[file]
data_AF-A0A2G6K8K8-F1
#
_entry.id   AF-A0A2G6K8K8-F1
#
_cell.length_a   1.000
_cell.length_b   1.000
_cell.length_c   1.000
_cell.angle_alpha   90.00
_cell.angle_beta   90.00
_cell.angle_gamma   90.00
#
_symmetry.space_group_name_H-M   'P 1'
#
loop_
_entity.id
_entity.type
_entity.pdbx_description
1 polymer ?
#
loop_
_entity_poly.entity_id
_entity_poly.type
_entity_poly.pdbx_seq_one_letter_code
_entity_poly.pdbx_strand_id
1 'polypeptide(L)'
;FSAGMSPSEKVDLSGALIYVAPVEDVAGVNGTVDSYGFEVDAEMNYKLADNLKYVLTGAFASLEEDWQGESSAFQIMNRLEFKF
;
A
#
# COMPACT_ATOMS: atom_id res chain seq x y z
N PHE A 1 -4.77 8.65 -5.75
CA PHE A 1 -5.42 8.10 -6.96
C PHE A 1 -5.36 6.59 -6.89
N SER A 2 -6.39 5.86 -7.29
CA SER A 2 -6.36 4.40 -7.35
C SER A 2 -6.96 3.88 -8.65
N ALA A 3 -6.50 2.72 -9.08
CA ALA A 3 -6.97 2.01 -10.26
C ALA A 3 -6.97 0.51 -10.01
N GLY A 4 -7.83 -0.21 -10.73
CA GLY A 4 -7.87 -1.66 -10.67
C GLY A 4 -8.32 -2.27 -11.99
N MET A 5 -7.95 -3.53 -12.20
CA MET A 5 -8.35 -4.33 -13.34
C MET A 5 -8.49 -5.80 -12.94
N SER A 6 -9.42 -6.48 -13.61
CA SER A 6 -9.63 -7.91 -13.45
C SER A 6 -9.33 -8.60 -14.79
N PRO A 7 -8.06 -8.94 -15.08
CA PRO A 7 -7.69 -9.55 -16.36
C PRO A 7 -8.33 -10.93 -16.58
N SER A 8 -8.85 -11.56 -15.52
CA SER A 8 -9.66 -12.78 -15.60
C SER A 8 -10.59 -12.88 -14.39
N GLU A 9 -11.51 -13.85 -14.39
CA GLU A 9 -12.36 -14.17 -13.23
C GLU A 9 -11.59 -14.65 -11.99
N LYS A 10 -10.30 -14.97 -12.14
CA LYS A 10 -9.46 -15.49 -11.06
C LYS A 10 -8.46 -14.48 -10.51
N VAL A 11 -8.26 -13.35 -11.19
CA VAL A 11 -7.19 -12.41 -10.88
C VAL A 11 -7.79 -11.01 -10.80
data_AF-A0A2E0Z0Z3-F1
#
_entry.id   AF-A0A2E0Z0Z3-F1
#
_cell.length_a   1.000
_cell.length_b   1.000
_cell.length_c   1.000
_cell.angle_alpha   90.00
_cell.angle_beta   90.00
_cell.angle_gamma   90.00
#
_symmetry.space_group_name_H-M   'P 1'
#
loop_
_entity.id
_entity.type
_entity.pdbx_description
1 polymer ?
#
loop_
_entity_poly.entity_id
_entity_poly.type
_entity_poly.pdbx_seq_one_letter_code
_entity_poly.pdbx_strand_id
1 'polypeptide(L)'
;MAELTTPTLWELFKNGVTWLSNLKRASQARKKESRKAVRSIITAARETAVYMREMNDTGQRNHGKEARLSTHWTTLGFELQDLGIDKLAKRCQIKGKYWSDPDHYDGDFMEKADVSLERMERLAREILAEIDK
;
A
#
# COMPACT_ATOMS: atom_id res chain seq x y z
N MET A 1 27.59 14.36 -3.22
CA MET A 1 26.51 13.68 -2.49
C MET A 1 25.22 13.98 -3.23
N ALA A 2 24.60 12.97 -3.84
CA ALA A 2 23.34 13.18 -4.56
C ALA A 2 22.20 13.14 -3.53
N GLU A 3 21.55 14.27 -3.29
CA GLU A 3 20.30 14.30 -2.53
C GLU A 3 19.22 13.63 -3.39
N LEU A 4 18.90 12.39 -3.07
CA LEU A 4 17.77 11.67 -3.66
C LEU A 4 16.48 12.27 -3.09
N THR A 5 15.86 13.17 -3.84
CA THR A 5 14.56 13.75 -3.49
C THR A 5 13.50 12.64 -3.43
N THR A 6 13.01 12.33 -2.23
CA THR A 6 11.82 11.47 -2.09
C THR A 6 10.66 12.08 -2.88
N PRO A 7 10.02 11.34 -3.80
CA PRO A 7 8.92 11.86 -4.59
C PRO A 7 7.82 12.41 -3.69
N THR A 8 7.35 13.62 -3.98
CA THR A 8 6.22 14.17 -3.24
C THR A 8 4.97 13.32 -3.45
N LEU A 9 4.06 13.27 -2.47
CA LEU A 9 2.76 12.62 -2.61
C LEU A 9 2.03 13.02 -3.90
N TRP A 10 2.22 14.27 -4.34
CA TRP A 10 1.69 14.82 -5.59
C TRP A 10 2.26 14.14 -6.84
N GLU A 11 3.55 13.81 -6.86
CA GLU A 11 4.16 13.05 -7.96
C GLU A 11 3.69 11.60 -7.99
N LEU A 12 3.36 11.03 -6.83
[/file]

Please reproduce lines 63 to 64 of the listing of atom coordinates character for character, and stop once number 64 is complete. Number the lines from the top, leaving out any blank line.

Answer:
C VAL A 11 -7.79 -11.01 -10.80
data_AF-A0A2E0Z0Z3-F1